Professor Nataliya Torkut

Professor Nataliya Torkut

 
In 2009 the Centre launched the website The Ukrainian Shakespeare Portal, which is the first attempt of multimedia representation of Ukrainian Shakespeareana. The portal is regularly updated – it contains a large selection of articles on Shakespeare-related issues (written in Ukrainian, Russian and English), Ukrainian translations of the Bard’s drama and poetry, and an extensive database concerning the Ukrainian reception of Shakespeare’s legacy. Going online for us is one of the ways to prove Shakespeare is not just modern and relevant, but is at the very edge cutting edge today.

To foster Shakespeare scholarship in Ukraine, the Centre has established the annual scholarly journal Shakespeare Discourse (three issues have been published so far). This journal has gained recognition not only in Ukraine but also abroad. Its regular contributors are Shakespeare researchers from the USA, Canada, the UK, Poland, Romania, Bulgaria, Slovenia, Germany and the Netherlands.

Shakespeare Tragedies Kyiv
We have already started a process of collecting a special Shakespeare library which is unique for Ukraine. Thanks to donations made by Helmut Bonheim, Sophie Pashe, Stanley Wells, Balz Engler, Paul Franssen, Daniel Doerksen, Mary Elisabeth Smith, Michael Dobson and others, this library will allow us to provide critical works on Shakespeare to our colleagues all over Ukraine.

Another aim of the Centre – probably, the most significant one in the long-term perspective – is spreading Shakespeare’s word among young people in our country and making the Bard’s heritage a core element of the Ukrainian school literary curriculum. The members of the Centre conducted several seminars on teaching Shakespeare at school, established the annual competition for school teachers ‘The Best Shakespeare Lesson’ (since 2013), and offer scholarly and methodological support of Shakespeare-related projects at school. In 2014 we launched the email subscription Shakescribe.ua which contains curious facts about the Bard, his writings, life and times.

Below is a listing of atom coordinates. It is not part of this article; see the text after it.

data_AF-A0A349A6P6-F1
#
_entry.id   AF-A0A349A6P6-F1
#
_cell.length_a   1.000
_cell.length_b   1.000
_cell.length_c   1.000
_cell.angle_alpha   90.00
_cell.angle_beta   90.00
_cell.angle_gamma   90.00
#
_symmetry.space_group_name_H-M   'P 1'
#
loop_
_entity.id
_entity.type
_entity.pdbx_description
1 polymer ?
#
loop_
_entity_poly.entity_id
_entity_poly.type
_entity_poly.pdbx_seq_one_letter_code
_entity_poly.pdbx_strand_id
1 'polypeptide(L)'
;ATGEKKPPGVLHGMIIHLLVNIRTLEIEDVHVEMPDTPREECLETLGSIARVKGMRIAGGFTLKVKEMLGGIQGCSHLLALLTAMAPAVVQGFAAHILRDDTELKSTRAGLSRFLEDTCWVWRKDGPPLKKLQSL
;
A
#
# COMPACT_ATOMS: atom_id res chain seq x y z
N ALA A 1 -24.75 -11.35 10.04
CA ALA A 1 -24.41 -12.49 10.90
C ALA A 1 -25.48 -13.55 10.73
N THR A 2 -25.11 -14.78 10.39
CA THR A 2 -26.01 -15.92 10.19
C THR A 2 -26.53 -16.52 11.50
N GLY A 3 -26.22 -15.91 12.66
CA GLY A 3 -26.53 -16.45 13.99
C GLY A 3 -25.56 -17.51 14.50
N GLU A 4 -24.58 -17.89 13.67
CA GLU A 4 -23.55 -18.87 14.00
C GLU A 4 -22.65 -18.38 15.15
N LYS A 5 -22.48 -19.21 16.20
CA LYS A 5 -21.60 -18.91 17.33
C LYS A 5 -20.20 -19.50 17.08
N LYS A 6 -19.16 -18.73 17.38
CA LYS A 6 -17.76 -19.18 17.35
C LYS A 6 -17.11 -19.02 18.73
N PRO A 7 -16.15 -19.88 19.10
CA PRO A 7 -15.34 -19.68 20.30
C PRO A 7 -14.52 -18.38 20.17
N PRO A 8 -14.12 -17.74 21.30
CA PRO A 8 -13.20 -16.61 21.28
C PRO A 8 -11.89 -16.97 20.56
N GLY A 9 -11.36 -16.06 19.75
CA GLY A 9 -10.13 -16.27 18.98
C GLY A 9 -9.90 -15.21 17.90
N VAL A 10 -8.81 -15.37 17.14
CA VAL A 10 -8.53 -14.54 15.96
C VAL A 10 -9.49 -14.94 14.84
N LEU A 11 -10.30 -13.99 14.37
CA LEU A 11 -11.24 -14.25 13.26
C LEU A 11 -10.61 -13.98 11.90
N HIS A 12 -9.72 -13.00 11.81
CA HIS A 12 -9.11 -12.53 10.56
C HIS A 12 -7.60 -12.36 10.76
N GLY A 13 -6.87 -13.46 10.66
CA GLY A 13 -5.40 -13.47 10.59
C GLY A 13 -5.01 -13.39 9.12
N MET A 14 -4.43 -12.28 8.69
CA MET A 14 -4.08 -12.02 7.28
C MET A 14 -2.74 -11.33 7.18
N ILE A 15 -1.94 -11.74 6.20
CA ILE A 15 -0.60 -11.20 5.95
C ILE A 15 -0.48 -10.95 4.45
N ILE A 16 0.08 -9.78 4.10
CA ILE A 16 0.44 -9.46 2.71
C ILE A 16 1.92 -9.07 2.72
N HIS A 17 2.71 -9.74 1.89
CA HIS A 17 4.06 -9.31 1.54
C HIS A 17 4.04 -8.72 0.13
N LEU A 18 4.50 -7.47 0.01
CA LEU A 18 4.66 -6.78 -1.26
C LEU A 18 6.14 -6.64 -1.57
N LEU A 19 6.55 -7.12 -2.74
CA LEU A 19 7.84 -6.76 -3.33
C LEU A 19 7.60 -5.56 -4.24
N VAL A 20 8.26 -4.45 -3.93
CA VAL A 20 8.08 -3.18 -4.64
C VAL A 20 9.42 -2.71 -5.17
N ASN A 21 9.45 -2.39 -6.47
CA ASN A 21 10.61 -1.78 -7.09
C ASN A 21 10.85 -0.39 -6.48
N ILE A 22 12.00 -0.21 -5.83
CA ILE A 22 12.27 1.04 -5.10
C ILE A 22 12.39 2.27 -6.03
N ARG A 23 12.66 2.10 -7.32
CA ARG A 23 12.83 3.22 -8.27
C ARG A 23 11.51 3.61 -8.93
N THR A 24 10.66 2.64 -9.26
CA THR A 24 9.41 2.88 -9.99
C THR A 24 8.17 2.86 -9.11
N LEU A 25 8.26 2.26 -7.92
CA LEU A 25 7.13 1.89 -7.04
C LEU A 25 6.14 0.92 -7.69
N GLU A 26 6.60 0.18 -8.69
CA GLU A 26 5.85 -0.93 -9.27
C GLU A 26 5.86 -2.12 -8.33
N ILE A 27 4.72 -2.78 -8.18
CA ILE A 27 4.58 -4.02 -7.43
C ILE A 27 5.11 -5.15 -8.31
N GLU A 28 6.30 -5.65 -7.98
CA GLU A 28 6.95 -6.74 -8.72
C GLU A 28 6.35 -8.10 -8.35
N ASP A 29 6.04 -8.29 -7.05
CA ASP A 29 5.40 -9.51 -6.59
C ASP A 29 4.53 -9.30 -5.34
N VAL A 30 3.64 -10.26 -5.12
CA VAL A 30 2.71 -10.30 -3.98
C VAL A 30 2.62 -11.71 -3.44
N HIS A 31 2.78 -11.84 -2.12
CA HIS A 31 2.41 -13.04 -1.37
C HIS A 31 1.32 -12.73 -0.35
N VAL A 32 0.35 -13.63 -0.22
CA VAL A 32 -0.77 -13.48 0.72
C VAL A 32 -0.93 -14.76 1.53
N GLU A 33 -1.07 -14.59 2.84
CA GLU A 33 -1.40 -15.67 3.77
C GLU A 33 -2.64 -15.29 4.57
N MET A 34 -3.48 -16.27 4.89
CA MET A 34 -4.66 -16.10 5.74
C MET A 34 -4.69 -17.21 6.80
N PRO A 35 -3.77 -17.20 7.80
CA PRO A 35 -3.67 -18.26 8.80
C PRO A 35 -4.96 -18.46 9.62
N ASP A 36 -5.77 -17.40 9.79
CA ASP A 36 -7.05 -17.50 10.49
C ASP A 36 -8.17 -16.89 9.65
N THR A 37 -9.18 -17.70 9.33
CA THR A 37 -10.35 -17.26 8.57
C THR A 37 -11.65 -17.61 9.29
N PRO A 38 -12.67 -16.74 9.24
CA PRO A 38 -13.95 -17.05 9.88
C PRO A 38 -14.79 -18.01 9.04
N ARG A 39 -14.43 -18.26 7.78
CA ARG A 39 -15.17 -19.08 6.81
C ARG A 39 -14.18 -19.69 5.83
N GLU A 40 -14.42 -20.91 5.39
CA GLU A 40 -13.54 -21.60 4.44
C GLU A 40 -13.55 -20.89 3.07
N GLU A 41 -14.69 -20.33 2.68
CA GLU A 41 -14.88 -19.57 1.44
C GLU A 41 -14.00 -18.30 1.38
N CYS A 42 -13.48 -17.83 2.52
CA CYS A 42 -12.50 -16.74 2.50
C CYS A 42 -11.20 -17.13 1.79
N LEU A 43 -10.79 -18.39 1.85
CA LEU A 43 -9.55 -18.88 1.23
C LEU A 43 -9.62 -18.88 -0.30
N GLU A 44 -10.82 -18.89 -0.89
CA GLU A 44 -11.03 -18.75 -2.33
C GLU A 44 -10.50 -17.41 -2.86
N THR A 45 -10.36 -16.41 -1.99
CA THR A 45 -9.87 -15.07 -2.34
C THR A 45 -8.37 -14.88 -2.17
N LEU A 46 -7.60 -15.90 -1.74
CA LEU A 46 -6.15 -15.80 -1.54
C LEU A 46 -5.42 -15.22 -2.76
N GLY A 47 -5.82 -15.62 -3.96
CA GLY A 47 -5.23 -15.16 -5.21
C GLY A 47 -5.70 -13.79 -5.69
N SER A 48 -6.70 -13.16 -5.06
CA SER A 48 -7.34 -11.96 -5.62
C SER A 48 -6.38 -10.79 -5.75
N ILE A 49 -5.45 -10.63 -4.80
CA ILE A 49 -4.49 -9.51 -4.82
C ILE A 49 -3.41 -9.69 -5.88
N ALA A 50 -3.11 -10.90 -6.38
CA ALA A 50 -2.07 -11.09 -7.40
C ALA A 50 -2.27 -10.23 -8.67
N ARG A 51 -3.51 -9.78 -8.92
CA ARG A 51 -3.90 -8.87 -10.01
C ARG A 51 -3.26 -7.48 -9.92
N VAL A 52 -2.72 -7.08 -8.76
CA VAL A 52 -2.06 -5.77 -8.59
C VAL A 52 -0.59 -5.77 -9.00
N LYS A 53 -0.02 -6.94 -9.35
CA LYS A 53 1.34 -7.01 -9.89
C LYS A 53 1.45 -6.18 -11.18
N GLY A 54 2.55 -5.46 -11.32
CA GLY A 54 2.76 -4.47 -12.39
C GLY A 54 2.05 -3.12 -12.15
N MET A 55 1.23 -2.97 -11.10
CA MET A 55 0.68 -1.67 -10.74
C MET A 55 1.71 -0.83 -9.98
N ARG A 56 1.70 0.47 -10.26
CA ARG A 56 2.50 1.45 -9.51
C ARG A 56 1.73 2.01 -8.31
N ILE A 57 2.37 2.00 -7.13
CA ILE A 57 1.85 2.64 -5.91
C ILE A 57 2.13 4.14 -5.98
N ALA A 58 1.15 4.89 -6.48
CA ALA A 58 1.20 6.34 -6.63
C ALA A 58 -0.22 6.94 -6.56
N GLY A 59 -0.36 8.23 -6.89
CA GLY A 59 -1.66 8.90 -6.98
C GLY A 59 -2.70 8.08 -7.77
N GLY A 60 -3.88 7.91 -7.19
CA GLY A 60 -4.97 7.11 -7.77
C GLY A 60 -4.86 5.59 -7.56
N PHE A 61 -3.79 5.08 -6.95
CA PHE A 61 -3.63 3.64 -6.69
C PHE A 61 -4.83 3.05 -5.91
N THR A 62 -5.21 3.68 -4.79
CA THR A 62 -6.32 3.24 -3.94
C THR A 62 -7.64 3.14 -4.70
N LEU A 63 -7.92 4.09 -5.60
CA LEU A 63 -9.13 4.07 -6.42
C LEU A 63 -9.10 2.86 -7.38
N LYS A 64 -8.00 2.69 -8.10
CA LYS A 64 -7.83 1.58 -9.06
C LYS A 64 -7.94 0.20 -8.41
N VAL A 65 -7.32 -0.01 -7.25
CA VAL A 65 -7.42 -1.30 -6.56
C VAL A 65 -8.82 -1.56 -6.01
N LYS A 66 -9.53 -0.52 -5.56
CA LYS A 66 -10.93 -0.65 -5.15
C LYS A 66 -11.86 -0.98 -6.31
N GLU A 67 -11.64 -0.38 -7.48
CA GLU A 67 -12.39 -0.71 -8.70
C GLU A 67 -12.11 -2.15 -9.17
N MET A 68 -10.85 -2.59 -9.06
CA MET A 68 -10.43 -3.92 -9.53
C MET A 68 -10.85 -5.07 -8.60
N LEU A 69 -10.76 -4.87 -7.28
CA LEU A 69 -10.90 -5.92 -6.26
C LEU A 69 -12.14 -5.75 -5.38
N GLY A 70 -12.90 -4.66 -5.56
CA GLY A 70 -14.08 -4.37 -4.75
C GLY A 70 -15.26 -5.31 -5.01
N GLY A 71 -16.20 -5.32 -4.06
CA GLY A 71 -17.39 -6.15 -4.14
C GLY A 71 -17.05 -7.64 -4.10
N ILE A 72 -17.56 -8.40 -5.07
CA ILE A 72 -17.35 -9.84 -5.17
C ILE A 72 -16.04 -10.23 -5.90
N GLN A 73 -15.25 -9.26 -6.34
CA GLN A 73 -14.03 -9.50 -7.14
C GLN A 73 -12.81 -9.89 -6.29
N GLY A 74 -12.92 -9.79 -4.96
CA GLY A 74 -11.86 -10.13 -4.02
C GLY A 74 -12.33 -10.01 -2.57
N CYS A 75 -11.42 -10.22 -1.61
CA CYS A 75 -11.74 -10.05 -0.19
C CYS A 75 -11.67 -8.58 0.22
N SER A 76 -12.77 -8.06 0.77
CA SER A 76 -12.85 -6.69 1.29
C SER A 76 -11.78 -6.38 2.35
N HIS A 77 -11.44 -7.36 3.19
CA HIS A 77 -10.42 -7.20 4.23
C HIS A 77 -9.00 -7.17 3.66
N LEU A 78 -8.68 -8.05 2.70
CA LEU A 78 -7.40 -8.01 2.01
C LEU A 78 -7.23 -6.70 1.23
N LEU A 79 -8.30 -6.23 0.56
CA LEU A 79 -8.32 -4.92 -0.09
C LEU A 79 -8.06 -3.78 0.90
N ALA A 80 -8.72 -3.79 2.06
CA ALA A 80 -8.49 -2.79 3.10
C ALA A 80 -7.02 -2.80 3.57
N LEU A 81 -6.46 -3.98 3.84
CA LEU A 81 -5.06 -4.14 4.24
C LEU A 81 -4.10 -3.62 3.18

Professor Kateryna Vasylyna

Professor Kateryna Vasylyna

 
Youngsters are the most challenging and at the same time the most gratifying audience. They often come to us with a conviction that Shakespeare is just a monument on a high pedestal – celebrated, even worshipped, but – alas! – boring. Our aim here is to let the kids see the truth about Shakespeare – his plays are anything but boring! We do it by encouraging them to play along – become Shakespeare scholars themselves and discover, for example, why Malvolio’s stockings were actually yellow and why he so much favoured the notorious cross garters.

They become philosophers when dwelling on the mysterious words of Ben Jonson: “Thou are a monument without a tomb” and work on their eloquence while defending Shakespeare-the-glover’s-son against the anti-Stratfordian claims. By finding out that Shakespeare married young and that he turned out to be a very successful businessman they establish a close ‘supertemporal’ connection with him – he seems to them younger and less of a monument. We hope that in such a way we will kindle the light of curiosity that will in the future make them devour hundreds and thousands of books – not only Shakespeare, but other writers too. We hope that reading will help them change the world and make it a better place for all of us to live in – without war and hatred.

Shakespeare figures Torkut 2
Even more projects we see in our mind’s eye. And this, probably, is one of the best things about our Centre – it gives hope, it inspires and makes you believe in miracles – with all the slings and arrows still flying around in these turbulent times. If you would like to join our company of dreamers, “lunatics, lovers and poets”, you are very welcome! We are looking forward to hearing your ideas and suggestions, words of encouragement or criticism, anything from love letters to translations and lesson plans – at lrs_info@meta.ua

For more information, visit the Ukrainian Shakespeare Centre website.